detail - European and International Cooperation
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It was the first workshop jointly organized by Konrad-Adenauer-Stiftung Turkey Office (KAS) and the Centre for Economics and Foreign Policy Study (EDAM) which dealt with topics like AI (artificial intelligence), the future of warfare, cyber security and critical infrastructure as well as economic opportunities.
In the first panel entitled “Future Applications and Artificial Intelligence – Future of Warfare”, the panelist argued that cyber warfare became the fifth dimension of warfare. Cyber technologies do not only add another dimension to how wars are fought but also an additional layer above all other dimensions – land, sea, air and space. In future the rise of autonomous weapons will change the battlefield as humans will be seconded or substituted by autonomous machines. In developed and several developing countries, next-generation warfare enters curriculums of military and strategic studies.
There are also new geopolitics of cyber, AI and robots. It is shaped by computer powers, data, and infrastructure. Great powers such as the United States and China are dominating both the innovation and utilization sides of technology. This creates challenges for middle-sized powers such as the European Union, India, South Korea, Turkey or Japan which are also racing to own the future through technology development. They have to force themselves in-between the two tech giants, USA and China.
The understanding of manpower is changing, too. Small but capable populations (i.e. Estonia, Israel, Singapore) can also be dominant powers in the age of cyber. With the proliferation of AI -especially in strategic planning- equation can be changed. Traditionally, wars used to consist in state to state conflict. Yet, we are witnessing a time of non-linear warfare.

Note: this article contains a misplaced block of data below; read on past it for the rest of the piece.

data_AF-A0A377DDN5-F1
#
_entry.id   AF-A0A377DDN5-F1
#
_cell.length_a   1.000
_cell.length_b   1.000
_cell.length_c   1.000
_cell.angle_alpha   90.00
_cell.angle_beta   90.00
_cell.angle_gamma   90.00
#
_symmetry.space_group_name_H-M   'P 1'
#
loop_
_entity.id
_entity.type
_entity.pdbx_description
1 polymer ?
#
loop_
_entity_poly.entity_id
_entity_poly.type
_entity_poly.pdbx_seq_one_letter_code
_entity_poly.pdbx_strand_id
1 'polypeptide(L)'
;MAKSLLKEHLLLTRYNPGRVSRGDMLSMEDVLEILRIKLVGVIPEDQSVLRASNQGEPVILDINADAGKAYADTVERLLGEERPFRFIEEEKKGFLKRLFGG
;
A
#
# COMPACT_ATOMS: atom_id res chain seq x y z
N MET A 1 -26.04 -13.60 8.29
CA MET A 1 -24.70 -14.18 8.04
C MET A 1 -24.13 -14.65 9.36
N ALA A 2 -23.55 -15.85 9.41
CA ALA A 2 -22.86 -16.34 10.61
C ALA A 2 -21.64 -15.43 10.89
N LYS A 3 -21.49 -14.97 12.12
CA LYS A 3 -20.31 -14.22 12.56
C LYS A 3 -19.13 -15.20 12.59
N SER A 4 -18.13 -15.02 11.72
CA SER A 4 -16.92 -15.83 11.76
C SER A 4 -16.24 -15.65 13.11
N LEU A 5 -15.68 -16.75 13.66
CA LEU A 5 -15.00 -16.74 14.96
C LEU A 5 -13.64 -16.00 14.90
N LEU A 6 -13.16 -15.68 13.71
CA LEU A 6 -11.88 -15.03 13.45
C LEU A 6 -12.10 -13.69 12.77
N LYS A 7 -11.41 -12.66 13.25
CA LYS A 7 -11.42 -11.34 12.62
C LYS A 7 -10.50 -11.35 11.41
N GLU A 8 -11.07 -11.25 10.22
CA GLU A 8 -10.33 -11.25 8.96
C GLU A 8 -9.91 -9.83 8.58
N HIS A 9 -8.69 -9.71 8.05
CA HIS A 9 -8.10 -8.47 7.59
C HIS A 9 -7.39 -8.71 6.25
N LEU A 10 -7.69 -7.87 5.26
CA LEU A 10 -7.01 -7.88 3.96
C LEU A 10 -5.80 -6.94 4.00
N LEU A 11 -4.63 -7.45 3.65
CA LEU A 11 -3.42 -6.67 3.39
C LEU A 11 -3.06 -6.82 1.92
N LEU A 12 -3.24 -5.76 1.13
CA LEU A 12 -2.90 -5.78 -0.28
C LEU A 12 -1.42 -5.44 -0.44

The second panel was on: “Cyber Security and Critical Infrastructure”. Cyber-attacks are also a fundamental threat to the financial sector and doing business in the banking and financial sectors is all about reputation. If for any reason an institution loses its reputation, then it will also lose its costumers. Cyber criminality is very efficient because knowledge is shared on blogs and chat groups internationally. Criminals learn lessons from past attacks, share experiences and usually work in groups. There are a lot of challenges in countering cyber-attacks as it is very hard to outpace hackers. They learn fast and do not stop looking for a breach. Sanctions on this field are still very low and traditional companies sometimes are not fast enough. Manpower in IT departments is usually not enough to secure the entire ecosystem. Big companies have more possibilities and budgets but smaller ones do not.
The third panel discussed the topic: “AI, Cyber Security and Economic Opportunities”. The participants discussed the main problem regarding new technologies: they arise before the necessary security mechanisms exist to protect them. Currently, there is a transformation of the internet: web — mobile — cloud —each of them brings its own cyber security issues. What is missing are the ecosystems. Entrepreneurs do not interact with each other enough and there is little investment. Another problem is that they only think local and this issue is not restricted to one country with focus on their internal market. Critical mass is also missing to create a cybersecurity ecosystem that will enable global cybersecurity companies. Governments want local data centers and sovereignty over their data. They do not want their centers to be part of the global network.
At the end of the workshop the organizers thanked the speakers and participants for their valuable contributions at the 1st Cyber Security Workshop in Ankara and agreed on having another one at the end of 2020.